Can You Actually Shoot 6K with the GH5? Turns Out You Might

By James DeRuvo (doddleNEWS)

When Panasonic announced the GH5, some fans were a bit miffed by the fact it still shot in 4K, rather than using the entire 6K sensor. But one YouTuber has figured out that there just may be a way to convince the GH5 to shoot in 6K (sort of) through the 6K photo mode, and you can even have sound! But you have jump through a few hoops.

We said the potential was there when the GH5 was announced back at CES. But could someone crack the code? Well, New York wedding and travel photographer JD of the YouTube channel Perspective Captured,  has been experimenting with 6K Photo mode of the GH5 and has managed to get video by setting the shutter to start and stop. This means that the photo mode will keep capturing still images, with sound, until you press the shutter a second time to stop it. Effectively turning the GH5 into a 6K video camera.

But as JD explains, while it’s great that you can in fact capture 6K video that way, the problem is that the video is recorded in H.265, the once and future king of ultra high definition codecs. That codec currently isn’t supported by most video editing utilities yet, so you have to then convert your H.265 video to ProRes in order to edit it.  For that, JD uses Rocky Mountain Video Converter to make the transition. “It’s a very computer intensive process,” JD says in his YouTube video. “So you’re only going to want to use that 6K mode for those perfect, special moments.”

The conversion is huge too. JD says that every frame of 6K photo mode is 18 mp, and his 12 second test footage took nearly two and a half hours to convert, and the file size is six times larger. So JD says you want to be prepared for your computer to do some pretty heavy lifting that will take it over if you go that route. The other drawback is that in 6K photo mode, the image is shot in a 4:3 ratio, so it’s not exactly cinematic to modern standards. Also, many point out that in 6K photo mode, the resolution isn’t really 6K at all, but a resolution of 4992×3744 or 5184×3456, depending on the options you select. Basically, 5K.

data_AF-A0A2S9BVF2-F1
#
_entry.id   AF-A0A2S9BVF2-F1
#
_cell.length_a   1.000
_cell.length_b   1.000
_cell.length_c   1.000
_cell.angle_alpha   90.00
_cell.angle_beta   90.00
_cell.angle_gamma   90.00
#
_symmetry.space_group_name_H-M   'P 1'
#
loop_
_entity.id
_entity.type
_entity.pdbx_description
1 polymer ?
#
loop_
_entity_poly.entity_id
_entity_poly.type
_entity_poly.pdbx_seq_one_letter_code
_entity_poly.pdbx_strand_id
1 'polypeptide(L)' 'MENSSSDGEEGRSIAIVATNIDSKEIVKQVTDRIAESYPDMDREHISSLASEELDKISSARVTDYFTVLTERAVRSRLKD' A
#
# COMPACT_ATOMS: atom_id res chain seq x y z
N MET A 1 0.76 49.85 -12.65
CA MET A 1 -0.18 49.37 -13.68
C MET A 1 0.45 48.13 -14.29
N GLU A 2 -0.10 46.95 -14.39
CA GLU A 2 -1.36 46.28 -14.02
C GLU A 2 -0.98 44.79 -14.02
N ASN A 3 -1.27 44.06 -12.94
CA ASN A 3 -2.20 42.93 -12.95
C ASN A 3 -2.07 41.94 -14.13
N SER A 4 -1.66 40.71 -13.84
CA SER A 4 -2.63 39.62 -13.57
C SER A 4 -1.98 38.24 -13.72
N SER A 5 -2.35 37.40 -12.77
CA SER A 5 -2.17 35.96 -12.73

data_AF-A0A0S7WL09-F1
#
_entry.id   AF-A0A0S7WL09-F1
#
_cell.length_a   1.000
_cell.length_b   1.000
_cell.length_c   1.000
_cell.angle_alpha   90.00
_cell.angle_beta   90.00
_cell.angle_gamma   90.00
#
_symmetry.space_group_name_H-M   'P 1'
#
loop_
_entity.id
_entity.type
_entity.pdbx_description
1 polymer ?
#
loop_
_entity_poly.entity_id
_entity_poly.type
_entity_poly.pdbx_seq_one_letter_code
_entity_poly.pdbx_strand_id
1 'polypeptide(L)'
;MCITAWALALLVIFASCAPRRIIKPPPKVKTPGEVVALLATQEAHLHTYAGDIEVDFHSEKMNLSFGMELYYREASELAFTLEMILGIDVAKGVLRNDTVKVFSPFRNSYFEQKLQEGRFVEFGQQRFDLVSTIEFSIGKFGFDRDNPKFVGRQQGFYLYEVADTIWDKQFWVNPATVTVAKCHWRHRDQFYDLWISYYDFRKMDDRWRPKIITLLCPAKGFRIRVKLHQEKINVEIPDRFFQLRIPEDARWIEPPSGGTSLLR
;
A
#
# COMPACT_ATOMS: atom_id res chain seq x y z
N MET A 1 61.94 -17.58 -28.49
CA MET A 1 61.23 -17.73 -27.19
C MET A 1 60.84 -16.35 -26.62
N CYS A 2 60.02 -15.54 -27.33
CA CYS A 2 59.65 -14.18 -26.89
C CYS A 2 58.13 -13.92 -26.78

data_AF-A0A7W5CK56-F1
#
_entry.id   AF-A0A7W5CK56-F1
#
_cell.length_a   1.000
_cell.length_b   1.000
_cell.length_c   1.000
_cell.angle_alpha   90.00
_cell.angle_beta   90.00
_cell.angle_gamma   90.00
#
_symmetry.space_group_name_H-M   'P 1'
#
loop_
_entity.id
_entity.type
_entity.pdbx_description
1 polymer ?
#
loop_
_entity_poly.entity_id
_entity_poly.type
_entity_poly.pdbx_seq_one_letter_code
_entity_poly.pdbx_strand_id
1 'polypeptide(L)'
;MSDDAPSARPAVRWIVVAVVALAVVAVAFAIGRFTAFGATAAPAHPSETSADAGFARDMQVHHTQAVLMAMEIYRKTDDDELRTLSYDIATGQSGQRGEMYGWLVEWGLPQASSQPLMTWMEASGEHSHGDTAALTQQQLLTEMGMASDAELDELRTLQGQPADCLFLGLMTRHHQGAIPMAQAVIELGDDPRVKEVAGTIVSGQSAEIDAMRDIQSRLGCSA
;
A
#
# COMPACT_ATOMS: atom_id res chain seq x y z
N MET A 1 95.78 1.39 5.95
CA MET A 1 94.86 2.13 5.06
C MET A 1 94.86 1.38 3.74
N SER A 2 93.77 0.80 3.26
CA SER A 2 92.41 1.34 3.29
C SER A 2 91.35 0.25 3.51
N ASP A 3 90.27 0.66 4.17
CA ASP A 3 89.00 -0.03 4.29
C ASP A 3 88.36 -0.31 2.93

Still, even at that, you have plenty of real estate there to crop down to wide screen for a 4K output.  JD says the additional benefit of shooting your video in 6K photo mode is that you can pull a professional quality still image grab from any frame, making it ideal for wedding videographers to do double duty as the wedding photographer as well, and vice versa. The same could also be said for ENG and Sports Photography. Or just about any other medium where you need to have both stills and video.

But what needs to happen for H.265 to go mainstream? Well, JD says that it is dependent on whether companies like Apple, Blackmagic and Adobe get serious about supporting  the codec natively in their video editing software. Once that summit is reached, then more camera companies will begin to make the move away from aging codecs like H.264, or at least give shooters the option of H265. Some have, but most aren’t jumping on board just yet. Maybe the GH5’s Photo Mode will be the first big step. And from there, it’s only a short jump this …

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